Social Entrepreneurs characteristics and how to become a social entrepreneurWhat does it take to become a social entrepreneur? Previous blog posts in the Hunt Institute Digest have outlined that a social entrepreneur is someone who seeks to drive positive social or environmental change in their community.

Across a myriad of reputable sources, it is commonly agreed upon that social entrepreneurs identify a problem in society that they are passionate about, develop a creative solution to address that problem, and establish an organization that persistently pursues that mission. There are many other aspects to social entrepreneurs but we will focus on these three in this post.

PASSION: Social entrepreneurs are invested in their organization’s mission. They are determined to see their dream become reality and will take the necessary risks to achieve their goals. Social entrepreneurs care deeply about improving their community.

A Forbes article titled “5 Social Entrepreneurs On How To Turn Your Passion Into A Successful Impact-Driven Business” by MeiMei Fox gives an example of a passionate entrepreneur, founder & CEO of SunPoynt Energy, Kennedy Lamwenya. Growing up in rural Kenya, Lamwenya and those in his community did not have access to reliable electricity. His parents struggled to afford the kerosene the family relied on for light and it often ran out of fuel before Kennedy completed his schoolwork. These challenges inspired Lamwenya to found SunPoynt Energy which brings solar-powered TVs to rural areas in Kenya. The TV systems give Kenyans access to light, cell phone charging ports, news, educational programs, and entertainment.

CREATIVITY: Social entrepreneurs approach problems differently than most. Instead of accepting the way something is, they challenge and question why it can’t be better. They have an ability to look at issues from multiple angles and develop innovative solutions.

A Cause Artist article titled “The 35 Social Entrepreneurs To Watch For In 2019” by Grant Trahant examines Clarence Tan, a creative social entrepreneur and founder & CEO of Boddle Learning, an edtech company. His platform allows elementary school students to learn and practice math skills in an engaging game-based format. Boddle uses a unique, adaptive learning algorithm so that each student receives differentiated questions specific to their learning needs.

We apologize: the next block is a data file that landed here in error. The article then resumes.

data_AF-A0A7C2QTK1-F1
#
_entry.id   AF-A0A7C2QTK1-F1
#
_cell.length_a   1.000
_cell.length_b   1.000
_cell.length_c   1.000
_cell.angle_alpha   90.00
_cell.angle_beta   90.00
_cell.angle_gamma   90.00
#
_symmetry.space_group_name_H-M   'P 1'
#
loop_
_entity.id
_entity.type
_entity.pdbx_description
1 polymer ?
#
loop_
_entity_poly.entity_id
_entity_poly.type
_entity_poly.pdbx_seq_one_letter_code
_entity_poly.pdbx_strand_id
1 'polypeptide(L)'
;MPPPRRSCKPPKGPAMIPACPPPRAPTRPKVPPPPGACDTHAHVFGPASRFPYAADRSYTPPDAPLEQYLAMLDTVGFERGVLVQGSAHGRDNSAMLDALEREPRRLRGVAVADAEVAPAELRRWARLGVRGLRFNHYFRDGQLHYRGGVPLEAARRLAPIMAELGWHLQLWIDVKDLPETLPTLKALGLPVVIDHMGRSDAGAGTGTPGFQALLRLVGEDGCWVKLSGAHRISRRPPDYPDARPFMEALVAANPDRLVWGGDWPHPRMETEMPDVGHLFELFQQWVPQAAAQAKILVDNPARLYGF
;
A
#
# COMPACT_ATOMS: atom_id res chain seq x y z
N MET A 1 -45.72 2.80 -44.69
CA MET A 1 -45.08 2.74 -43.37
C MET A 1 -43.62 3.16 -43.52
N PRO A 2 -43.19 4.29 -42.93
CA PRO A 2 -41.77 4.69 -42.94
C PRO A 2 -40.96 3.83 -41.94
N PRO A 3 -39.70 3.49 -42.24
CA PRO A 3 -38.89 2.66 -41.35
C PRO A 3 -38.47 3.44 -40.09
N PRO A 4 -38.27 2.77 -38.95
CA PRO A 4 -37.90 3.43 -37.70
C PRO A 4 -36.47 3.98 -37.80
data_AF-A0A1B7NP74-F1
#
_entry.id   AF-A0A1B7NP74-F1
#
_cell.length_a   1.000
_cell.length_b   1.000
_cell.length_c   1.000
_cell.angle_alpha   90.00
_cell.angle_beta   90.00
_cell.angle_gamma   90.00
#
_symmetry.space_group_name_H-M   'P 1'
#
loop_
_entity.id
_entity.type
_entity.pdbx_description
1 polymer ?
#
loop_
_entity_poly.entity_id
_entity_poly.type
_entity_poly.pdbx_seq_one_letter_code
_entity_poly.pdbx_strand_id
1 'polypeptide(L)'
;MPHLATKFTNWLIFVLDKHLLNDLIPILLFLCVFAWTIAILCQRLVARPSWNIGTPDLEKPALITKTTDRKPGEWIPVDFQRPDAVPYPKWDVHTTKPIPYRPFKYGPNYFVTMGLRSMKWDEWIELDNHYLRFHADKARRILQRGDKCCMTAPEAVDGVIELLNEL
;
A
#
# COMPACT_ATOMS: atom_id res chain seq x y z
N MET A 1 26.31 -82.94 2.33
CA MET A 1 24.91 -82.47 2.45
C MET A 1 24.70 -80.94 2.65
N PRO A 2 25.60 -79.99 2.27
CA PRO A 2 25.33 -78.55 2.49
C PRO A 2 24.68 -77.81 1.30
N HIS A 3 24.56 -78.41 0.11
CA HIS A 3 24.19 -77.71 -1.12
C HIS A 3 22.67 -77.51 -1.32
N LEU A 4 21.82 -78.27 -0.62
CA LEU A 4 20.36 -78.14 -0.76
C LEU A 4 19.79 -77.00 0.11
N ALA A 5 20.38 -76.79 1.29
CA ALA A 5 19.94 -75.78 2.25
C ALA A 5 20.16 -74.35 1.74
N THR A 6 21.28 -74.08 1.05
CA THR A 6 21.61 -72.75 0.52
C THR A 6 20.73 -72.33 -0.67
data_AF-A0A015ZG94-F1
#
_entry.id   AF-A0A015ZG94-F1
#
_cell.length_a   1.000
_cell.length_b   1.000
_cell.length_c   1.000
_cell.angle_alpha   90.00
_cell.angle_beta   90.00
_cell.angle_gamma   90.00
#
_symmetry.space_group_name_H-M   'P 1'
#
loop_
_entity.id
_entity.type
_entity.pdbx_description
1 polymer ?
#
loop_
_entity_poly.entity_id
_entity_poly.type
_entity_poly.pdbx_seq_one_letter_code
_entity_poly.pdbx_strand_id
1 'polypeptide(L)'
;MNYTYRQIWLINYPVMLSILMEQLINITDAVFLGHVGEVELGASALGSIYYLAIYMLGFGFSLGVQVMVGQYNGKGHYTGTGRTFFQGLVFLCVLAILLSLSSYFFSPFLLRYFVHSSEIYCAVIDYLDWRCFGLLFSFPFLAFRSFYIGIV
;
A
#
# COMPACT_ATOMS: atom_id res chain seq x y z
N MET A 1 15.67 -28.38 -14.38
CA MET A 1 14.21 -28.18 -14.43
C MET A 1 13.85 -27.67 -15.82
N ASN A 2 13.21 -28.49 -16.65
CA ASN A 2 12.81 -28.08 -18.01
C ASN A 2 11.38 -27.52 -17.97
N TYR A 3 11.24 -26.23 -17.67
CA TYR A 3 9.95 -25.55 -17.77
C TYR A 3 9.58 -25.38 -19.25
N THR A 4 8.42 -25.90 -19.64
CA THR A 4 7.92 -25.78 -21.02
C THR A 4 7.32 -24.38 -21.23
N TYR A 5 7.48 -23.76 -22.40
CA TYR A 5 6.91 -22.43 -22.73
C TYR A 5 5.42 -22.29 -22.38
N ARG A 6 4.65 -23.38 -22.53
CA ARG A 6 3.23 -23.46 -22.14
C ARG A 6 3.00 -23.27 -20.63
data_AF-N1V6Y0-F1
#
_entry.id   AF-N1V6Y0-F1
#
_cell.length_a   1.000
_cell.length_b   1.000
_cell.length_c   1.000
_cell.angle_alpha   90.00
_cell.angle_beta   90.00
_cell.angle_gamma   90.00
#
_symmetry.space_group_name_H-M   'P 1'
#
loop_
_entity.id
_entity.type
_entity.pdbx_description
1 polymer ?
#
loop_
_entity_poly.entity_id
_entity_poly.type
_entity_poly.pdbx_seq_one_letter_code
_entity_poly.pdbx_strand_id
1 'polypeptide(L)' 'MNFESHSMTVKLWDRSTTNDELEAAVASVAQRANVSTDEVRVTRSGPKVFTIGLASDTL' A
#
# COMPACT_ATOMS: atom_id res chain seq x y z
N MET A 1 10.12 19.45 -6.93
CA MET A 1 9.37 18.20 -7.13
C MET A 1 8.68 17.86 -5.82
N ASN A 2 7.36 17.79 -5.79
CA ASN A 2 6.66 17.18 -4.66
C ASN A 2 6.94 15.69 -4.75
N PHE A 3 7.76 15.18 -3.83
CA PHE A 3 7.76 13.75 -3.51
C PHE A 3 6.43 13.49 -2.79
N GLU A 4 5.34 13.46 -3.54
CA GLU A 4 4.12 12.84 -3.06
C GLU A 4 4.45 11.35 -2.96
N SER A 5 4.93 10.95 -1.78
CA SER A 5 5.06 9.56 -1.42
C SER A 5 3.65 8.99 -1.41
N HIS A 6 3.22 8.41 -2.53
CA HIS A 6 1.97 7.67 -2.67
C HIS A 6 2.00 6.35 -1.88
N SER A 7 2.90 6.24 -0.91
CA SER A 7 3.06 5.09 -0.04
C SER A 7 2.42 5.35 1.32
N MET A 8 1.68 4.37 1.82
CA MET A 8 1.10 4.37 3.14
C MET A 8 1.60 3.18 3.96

PERSISTENCE: Social entrepreneurs face many challenges, especially in the early stages of building their social enterprise. They must persist through these obstacles by learning from mistakes, adapting to make improvements, and connecting with others who can support their mission.

Robin D. Schatz in her Forbes article titled “How A Social Entrepreneur Overcame His ‘Arrogant Failure’ And Won Kudos From Oprah”, describes how Gavin Armstrong demonstrates persistence. Armstrong is the founder and CEO of Lucky Iron Fish whose organization’s mission is to eliminate iron deficiency, which affects almost 3.5 billion people globally. The solution is a fish-shaped cooking tool. Dropping the product into your cooking water for 10 minutes provides 75% of the daily requirement of iron. When the company opened for business in Cambodia, they expected their affordable product to sell well. However, they only sold about one fish per month. Instead of giving up on the idea, what Armstrong realized is that the organization needed to build trust in the community before they can expect citizens to purchase their product. By partnering with established NGOs in the community, Lucky Iron Fish built its credibility and has now helped over 10,000 families in Cambodia with iron deficiencies.

Early-stage social entrepreneurs are catalytic innovators who produce disruptive innovations, but often face momentous obstacles. The Hunt Institute‘s Social Enterprise program is designed to support high potential social entrepreneurs during the initial phases of development. Do you have what it takes to become a successful social entrepreneur?

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